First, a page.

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Gravity here in Earth (not on)

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posted on Apr, 20 2005 @ 05:26 PM
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I just did a Boolean search and came up empty on what I have to say. (though i've missed threads similar to my own before, so sorry if i am repeated offender)

Anyway, I always noticed the topics in this forum about gravity and anti-gravity concepts and I have taken a keen a interest in them. And it got me athinkin about something I thought of a few years ago while in highschool: What is gravity like at the center of planet, particularly Earth? I know that gravity tends to hold us to the ground (I also thought of gravity holding the ground to us, but didn't compute) and it tends to disipate when an increase in distance from the earth or planet occurs. But I also thought it was kinda odd that lava flowed up through to the surface, I used to consider this anti-gravity until I realized the science of plate tectonics.
But at the theoritical center inside the earth would gravity cease? I think not. I think if a Rhesus monkey was placed in such a spot r times as an experiment, it would go either of two ways: 1) It would spin around this theoritic center like electrons of an atom but instead of a repeated course it would eventually reach the surface of earth and become grounded, like a spiral or 2) The gravitional forces acting on the "poor" monkey will derive from the surface of earth in every sort of direction so that it would simply rip the monkey from limb to limb and go off in all these directions.

Just wanted some feed back on what you guys think about this, if it's worth the time.




posted on Apr, 20 2005 @ 06:04 PM
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Yea it is pretty amazing that something so predominant in our lives and right there in our face day to day has yet to truely been solved. To answer your thoughts, I think we would have to know what causes gravity to work and so far we only have speculation (theories).

What ever is at the center of our planet, or any heavenly body must certainly be extreemly dense and moving slowly as everything must surely be crunched together which would make it hard for particles to move quickly I would think. Maybe its just a really big Diamond at the center.... heh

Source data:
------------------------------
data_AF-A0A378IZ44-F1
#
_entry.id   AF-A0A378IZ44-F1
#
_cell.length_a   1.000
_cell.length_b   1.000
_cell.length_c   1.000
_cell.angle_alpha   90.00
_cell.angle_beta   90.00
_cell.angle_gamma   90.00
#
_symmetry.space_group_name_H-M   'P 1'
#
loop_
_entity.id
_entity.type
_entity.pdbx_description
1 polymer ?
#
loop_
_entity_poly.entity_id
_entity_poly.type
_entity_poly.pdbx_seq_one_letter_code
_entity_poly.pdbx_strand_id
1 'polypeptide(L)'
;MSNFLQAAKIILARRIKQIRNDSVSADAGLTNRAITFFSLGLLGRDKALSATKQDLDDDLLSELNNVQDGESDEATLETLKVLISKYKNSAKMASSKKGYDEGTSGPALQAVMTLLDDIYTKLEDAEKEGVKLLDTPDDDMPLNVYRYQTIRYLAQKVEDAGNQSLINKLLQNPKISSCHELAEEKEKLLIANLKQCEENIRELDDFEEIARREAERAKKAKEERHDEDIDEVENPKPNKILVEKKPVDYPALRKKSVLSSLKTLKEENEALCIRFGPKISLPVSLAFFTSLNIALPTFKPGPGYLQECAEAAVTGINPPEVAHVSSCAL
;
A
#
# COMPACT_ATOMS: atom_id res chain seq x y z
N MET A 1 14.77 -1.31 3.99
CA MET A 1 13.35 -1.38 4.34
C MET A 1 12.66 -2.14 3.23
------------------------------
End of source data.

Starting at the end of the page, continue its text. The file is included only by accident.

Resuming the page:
Gravity must increase as you get closer? since it decreases as you get further away. Must be intense..

I wonder if there could be tiny black holes holding suns together..

X


X



posted on Apr, 20 2005 @ 06:13 PM
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.
If you found a solid rock planet, yes you would be essentially in freefall at its center. The gravity would be pulling at you in all directions at once cancelling itself out.

So in a sense as one goes deeper into the planet the less gravity there is pulling you in a single direction, because there is gravity pulling you back.

So the gravity function in its simplest form only applies to space that is external to the object. Space is stretched and warped down to the edges of the object, then it comes back up to zero as you move to the bodies center.

One problem though, even though you were losing weight, you would be under heat and pressures greater than hell.
.



posted on Apr, 20 2005 @ 06:29 PM
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it has been solved... its a fairly basic physics concept

presuming the earth is a perfect sphere, which its not i know, at the center of a sphere all the forces would be canceling and "gracity" would be effectively 0.

the earth spinning really has nothing to do with gravity

the exact equation for gravity is actually gravity = (gravity constant)(mass_1)(mass_2)/(radius)^2

that being said yes your mass does help hold the ground to you, but your 70 kg compared to the 6.0 x 10^24 kg of earths mass really does not effect the equation much at all.